Terrarium: Hatchlings to 5 months, crested geckos can be housed in a 12x12x18 front opening terrarium with plants (we prefer faux plants), moist paper towels and a small food dish. Older geckos we recommend being housed in taller 18x18x24 front opening enclosures, glass or plex glass, to keep the humidity at consistent levels. We prefer Exo Terra open front tanks or Zoomed open front glass enclosures.
Substrates: With so many reptile substrates to choose from, it is essential to understand which options are safe for your geckos. Avoid substrates that can be potentially harmful if ingested. Some substrates that should be avoided: sand/calcium sands, wood chips, crushed walnut, reptile carpets etc. We like to use a moist paper towel for baby geckos and a coco mulch/soil (Eco Earth, Arcadia soils, etc.) as they get older. We use leaf litter (leaves, moss and other reptile specialty ground cover) on top of the eco earth; we then add springtails and isopods to help promote a bioactive environment.
Decor: Plants, rocks and wood branches and Meg-ledges are also highly recommended as it gives cover and security to your gecko, providing enrichment when exploring the enclosure. We prefer a magnetic food dish over a dish on the ground to encourage better eating habits and reduce the likelihood of your gecko ingesting substrate.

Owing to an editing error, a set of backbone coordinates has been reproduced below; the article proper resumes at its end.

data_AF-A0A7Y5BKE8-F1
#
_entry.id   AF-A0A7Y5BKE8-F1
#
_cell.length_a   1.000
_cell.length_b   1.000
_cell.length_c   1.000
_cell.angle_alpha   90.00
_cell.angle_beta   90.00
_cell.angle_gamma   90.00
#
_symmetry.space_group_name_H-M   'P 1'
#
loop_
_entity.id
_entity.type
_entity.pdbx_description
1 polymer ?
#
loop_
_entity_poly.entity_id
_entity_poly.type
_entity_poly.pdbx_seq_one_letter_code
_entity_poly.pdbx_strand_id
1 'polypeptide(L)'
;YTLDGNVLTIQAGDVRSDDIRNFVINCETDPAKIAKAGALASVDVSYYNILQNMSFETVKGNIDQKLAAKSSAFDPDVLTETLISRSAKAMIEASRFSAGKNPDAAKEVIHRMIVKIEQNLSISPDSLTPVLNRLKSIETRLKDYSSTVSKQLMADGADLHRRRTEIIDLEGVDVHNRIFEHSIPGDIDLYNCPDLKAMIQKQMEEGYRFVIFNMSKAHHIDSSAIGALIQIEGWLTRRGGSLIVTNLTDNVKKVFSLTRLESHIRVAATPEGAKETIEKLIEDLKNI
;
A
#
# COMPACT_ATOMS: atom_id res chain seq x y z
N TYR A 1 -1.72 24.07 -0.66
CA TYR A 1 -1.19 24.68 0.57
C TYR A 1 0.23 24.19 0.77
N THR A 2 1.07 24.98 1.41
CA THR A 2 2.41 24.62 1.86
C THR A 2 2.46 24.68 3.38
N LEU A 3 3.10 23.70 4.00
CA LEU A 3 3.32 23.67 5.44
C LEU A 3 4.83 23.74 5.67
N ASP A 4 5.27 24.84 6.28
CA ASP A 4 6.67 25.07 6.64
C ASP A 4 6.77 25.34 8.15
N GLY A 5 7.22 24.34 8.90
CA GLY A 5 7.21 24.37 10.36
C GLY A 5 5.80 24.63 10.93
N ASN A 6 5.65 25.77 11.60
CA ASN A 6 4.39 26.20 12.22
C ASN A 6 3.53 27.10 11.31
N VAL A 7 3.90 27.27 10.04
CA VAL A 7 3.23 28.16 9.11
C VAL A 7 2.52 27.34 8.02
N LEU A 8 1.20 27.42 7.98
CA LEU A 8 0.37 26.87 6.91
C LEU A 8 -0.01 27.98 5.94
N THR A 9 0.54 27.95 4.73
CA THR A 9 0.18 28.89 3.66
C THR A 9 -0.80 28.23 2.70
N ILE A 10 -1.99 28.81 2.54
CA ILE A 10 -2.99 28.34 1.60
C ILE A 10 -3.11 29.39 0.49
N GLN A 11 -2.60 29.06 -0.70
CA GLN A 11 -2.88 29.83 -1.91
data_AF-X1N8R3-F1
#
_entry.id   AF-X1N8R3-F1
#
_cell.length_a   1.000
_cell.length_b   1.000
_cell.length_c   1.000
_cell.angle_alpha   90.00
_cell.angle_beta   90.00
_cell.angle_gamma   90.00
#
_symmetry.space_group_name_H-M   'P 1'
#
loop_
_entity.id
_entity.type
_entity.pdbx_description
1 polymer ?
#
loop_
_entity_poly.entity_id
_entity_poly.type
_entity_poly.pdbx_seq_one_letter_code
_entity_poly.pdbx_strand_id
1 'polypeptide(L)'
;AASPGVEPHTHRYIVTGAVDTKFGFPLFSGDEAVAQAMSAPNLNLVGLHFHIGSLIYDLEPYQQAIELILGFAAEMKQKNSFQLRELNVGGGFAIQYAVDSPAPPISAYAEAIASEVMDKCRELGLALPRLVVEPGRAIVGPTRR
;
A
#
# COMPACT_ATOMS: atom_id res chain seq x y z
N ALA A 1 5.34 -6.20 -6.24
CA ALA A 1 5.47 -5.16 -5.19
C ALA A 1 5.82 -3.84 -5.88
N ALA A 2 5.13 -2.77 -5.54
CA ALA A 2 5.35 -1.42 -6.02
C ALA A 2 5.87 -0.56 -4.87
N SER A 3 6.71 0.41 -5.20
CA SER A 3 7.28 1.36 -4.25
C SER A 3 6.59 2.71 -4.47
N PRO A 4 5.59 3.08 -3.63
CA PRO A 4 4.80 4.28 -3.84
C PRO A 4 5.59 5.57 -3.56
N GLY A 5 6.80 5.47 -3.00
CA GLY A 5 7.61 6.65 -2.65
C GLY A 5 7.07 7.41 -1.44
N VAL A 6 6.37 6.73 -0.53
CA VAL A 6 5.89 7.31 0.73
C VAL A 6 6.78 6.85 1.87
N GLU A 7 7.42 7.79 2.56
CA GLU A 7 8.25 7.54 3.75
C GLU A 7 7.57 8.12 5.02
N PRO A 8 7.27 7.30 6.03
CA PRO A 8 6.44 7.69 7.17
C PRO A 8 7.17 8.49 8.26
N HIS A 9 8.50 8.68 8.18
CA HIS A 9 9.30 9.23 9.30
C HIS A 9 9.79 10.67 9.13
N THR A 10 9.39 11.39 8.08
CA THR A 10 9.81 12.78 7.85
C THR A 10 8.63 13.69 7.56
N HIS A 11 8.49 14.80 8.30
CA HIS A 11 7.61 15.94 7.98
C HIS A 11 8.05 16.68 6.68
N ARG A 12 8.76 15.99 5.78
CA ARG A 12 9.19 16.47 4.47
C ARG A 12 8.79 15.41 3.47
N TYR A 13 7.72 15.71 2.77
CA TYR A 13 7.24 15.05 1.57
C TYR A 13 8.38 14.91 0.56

Heating: Crested geckos enjoy 78 to 82 (27c) degrees Fahrenheit during the day. It can drop to the low of 66f (19c) at night. In most areas, this temperature range will be reached during the year's warm months without additional heat. In summer, place crested geckos in a cool room if the temperature exceeds 87 (30c) degrees. In the cooler months, we typically use a 4-watt heat mat stuck to the enclosure's outside side. The small heat matt allows the gecko to move closer or farther away from the heat without overly drying the terrarium or disrupting the sleep cycle.
UVB: A 5% - 7%UVB has been shown to be beneficial for a few hours during the day; this can help your animal grow, hunt and process calcium more efficiently. We typically have ours from 9 am - 6 pm; we highly recommend using a timer with any lights you use to ensure a proper schedule is kept. Crested Geckos have no eyelids, and excessive light can impact sleep.
At night, a blue led bulb (no more than 15 watts) to view your animal's hunting behaviour may be used.